Turkey In Europe – The Illyrian Alps, Bosnia, And Herzegovina

BOSNIA, in the north-western corner of Turkey, is the Switzerland of the European Orient, but it is a Switzerland whose mountains do not reach the zone of perennial snow and ice. In many respects the mountain ranges of Bosnia, and of its southern province, the Herzegovina, resemble those of the Jura. They, too, are composed principally of limestone, and rise in parallel ridges, surmounted here and there by sharp crests. Like the successive ridges of the Jura, they are of unequal height, and, taken as a whole, assume the appearance of a plateau traversed by parallel furrows, and gently sloping in one direction. The most elevated chain of Northern Bosnia is that which separates it from the coast of Dalmatia, and the less elevated ridges running parallel with it gradually decrease in height towards the north-east, in the direction of the plains of the Save.

Rocks not belonging to the Jurassic system, such as crystalline slates, dolomites, tertiary deposits, and serpentine, are met with in various localities, and impart some variety to the orographical features of Bosnia. Several crater-shaped depressions in the east and south-east separate the mountains of Bosnia from the mountain masses of Servia. The most remarkable amongst these plains is that of Novibazar, into which numerous torrents discharge themselves, and which commands roads diverging in various directions. This is the strategical key of the country, and is destined on this account to become an important railway junction.

Nearly all the mountain ranges which pass from Carniola and Austrian Croatia into Bosnia increase in height as we advance towards the centre of the peninsula. The bleached pyramid of the Durmitor, close to the northern frontier of Montenegro, attains an elevation of nearly 8,000 feet, and the plateau surrounding it is cut up by deep cavities, some of which, like the troughs of the Herzegovina, open out in one direction, whilst others are completely shut in by declivities. The Prokletya, or ” cursed ” mountain, still farther to the south-east, rises to a height even more considerable, and constitutes one of the most formidable mountain masses of all Turkey. A huge depression occupies its centre, the bottom of which is covered by the Lake of Plava. Even in summer patches of snow may be seen on some of the mountains which surround this abyss. But Mount Kom, the highest of all, never retains its cap of snow during the whole of the year, for it melts away before the hot African winds to which it is exposed. Mount Kom may possibly turn out to be the culminating point of the Balkan peninsula. It is certainly one of the highest summits, and its double peak, rising above the plateau of Montenegro, is descried from afar by the mariner navigating the Adriatic. It has been ascended by set eral travellers, for its slopes are gentle.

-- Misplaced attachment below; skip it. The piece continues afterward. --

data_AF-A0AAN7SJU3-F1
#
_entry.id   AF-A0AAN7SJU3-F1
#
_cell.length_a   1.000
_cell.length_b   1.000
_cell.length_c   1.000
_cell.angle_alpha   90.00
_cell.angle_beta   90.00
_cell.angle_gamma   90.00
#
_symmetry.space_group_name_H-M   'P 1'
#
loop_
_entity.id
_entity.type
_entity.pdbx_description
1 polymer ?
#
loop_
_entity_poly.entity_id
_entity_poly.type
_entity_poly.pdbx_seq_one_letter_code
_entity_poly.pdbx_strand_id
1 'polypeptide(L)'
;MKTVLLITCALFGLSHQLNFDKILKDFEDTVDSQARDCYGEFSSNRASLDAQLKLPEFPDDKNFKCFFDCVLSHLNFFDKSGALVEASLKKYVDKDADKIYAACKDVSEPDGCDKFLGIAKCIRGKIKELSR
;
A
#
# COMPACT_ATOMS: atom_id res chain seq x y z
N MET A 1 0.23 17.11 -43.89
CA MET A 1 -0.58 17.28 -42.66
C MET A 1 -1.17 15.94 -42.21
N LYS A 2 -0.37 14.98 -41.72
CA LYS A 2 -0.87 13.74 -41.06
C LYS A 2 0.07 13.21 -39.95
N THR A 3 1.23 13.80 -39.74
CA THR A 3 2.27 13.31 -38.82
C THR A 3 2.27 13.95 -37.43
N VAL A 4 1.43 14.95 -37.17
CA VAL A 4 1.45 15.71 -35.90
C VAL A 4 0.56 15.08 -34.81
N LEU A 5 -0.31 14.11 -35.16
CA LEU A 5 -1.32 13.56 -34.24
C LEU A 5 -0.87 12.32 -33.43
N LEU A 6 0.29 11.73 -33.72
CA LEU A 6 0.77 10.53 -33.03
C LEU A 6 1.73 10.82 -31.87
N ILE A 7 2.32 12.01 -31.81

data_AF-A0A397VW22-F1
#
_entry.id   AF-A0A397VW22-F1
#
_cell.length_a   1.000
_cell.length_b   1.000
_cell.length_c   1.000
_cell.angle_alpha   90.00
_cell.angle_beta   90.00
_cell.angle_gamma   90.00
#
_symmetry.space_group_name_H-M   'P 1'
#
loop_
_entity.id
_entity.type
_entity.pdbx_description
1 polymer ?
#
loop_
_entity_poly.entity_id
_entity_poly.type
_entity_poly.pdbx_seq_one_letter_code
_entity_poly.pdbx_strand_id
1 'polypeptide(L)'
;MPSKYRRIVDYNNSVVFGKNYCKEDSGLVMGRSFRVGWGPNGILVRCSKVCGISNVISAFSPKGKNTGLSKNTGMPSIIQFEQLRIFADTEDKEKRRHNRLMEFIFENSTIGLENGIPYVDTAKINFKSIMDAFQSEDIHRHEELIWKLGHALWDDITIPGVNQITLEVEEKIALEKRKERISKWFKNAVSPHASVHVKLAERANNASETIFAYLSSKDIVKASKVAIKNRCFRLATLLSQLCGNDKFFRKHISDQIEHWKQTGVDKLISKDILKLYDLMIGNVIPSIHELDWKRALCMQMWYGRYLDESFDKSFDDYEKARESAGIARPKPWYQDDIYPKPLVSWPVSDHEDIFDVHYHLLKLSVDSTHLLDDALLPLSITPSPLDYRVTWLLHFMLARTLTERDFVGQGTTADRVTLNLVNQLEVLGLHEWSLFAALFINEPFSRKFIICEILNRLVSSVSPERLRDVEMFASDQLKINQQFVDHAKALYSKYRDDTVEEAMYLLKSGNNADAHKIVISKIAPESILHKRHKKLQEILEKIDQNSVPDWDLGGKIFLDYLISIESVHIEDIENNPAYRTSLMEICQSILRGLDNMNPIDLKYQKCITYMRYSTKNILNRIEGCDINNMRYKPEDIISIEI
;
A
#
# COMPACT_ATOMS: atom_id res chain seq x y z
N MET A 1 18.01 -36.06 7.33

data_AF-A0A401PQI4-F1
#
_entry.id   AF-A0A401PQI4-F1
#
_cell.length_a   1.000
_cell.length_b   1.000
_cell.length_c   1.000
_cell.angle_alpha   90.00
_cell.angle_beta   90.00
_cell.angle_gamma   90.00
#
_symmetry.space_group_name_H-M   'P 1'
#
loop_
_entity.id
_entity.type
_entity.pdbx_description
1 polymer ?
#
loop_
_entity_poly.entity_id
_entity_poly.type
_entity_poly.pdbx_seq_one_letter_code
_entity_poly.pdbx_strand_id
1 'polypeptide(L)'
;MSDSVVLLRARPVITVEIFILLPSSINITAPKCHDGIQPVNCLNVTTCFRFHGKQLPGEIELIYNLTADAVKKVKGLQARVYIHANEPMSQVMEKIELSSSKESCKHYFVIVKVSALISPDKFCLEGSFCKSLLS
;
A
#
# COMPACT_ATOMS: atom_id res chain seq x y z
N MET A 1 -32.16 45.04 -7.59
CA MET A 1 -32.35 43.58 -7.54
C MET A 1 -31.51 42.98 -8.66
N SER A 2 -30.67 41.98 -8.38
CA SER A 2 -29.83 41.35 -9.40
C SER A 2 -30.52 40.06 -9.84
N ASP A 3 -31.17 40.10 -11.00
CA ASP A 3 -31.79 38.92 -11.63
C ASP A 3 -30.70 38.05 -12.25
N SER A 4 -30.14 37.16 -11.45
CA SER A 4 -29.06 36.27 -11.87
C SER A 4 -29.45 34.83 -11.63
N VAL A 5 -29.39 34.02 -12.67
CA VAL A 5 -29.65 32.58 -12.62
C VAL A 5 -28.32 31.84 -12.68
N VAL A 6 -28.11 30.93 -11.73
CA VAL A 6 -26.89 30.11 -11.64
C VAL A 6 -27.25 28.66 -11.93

The rivers of Bosnia, like those of the Jura, flow between parallel mountain ranges towards the north-east, along the furrows traced out for them by nature. But these calcareous mountain ramparts of Bosnia, like those of the Jura, are broken up by narrow gorges, or climes, through which the peat up waters find a way from furrow to furrow. Instead of taking a serpentine course, as do most rivers flowing through a plain, these rivers of Bosnia change from valley to valley by abrupt bends. Gentle and furious in turns, they gradually reach the lower regions, and are finally swallowed up by the Save. Only one river, the Narenta, finds its way into the Adriatic ; all others, in accordance with the general slope of the country, flow in the direction of the Danube. These river valleys, with their sudden turnings, would be available as natural roads for reaching the plateau, if most of the gorges were not exceedingly difficult of access ; and until regular roads have been constructed, as in the cluses of the Jura, travellers are obliged to scale steep heights in order to pass from valley to valley. It is this want of practicable roads which renders military operations in Bosnia so difficult and perilous.

Great armies have at all times remained to the east of the mountain masses referred to, passing from the valley of the Vardar into that of the Morava, whose springs almost intermingle their waters. In that locality we meet with the bed of an ancient lake, through which flows the Sitnitza, one of the upper tributaries of the Servian Morava : this is the plain of Kosovo, the ” field of black birds,” which reminds all southern Slays of painful events. It was there the power of the Servians succumbed in 1389, and, if we may credit ancient heroic songs, more than 100,000 men perished in a single day. Five hundred years have passed away since this great disaster, but the Slays have never ceased to hope for a day of vengeance, and they look forward to the time when on this very field they may reconquer the independence they have lost.